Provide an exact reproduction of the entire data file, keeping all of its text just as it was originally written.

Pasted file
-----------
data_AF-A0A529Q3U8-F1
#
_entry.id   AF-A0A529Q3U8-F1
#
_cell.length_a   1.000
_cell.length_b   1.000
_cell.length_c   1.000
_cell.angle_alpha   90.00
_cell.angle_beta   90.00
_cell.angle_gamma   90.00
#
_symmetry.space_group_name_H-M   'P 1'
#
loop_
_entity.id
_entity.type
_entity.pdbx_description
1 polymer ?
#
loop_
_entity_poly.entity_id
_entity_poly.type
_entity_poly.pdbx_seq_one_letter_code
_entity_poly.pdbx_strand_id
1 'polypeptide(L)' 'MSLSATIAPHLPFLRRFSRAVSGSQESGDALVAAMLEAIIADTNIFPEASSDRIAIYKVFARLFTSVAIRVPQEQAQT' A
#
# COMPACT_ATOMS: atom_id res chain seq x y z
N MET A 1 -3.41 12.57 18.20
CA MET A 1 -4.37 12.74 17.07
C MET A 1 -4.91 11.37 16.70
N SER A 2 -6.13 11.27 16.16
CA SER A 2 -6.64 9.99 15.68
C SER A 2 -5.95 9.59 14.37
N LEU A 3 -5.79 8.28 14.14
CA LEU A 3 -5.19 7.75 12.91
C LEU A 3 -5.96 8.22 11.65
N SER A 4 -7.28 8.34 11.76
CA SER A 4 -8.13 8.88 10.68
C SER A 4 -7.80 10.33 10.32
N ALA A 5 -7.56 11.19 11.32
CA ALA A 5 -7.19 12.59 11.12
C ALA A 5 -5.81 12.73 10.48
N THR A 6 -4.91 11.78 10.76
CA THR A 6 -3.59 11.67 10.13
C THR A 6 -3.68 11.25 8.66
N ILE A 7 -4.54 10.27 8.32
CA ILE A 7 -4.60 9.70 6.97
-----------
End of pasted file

data_AF-A0A529Q3U8-F1
#
_entry.id   AF-A0A529Q3U8-F1
#
_cell.length_a   1.000
_cell.length_b   1.000
_cell.length_c   1.000
_cell.angle_alpha   90.00
_cell.angle_beta   90.00
_cell.angle_gamma   90.00
#
_symmetry.space_group_name_H-M   'P 1'
#
loop_
_entity.id
_entity.type
_entity.pdbx_description
1 polymer ?
#
loop_
_entity_poly.entity_id
_entity_poly.type
_entity_poly.pdbx_seq_one_letter_code
_entity_poly.pdbx_strand_id
1 'polypeptide(L)' 'MSLSATIAPHLPFLRRFSRAVSGSQESGDALVAAMLEAIIADTNIFPEASSDRIAIYKVFARLFTSVAIRVPQEQAQT' A
#
# COMPACT_ATOMS: atom_id res chain seq x y z
N MET A 1 -3.41 12.57 18.20
CA MET A 1 -4.37 12.74 17.07
C MET A 1 -4.91 11.37 16.70
N SER A 2 -6.13 11.27 16.16
CA SER A 2 -6.64 9.99 15.68
C SER A 2 -5.95 9.59 14.37
N LEU A 3 -5.79 8.28 14.14
CA LEU A 3 -5.19 7.75 12.91
C LEU A 3 -5.96 8.22 11.65
N SER A 4 -7.28 8.34 11.76
CA SER A 4 -8.13 8.88 10.68
C SER A 4 -7.80 10.33 10.32
N ALA A 5 -7.56 11.19 11.32
CA ALA A 5 -7.19 12.59 11.12
C ALA A 5 -5.81 12.73 10.48
N THR A 6 -4.91 11.78 10.76
CA THR A 6 -3.59 11.67 10.13
C THR A 6 -3.68 11.25 8.66
N ILE A 7 -4.54 10.27 8.32
CA ILE A 7 -4.60 9.70 6.97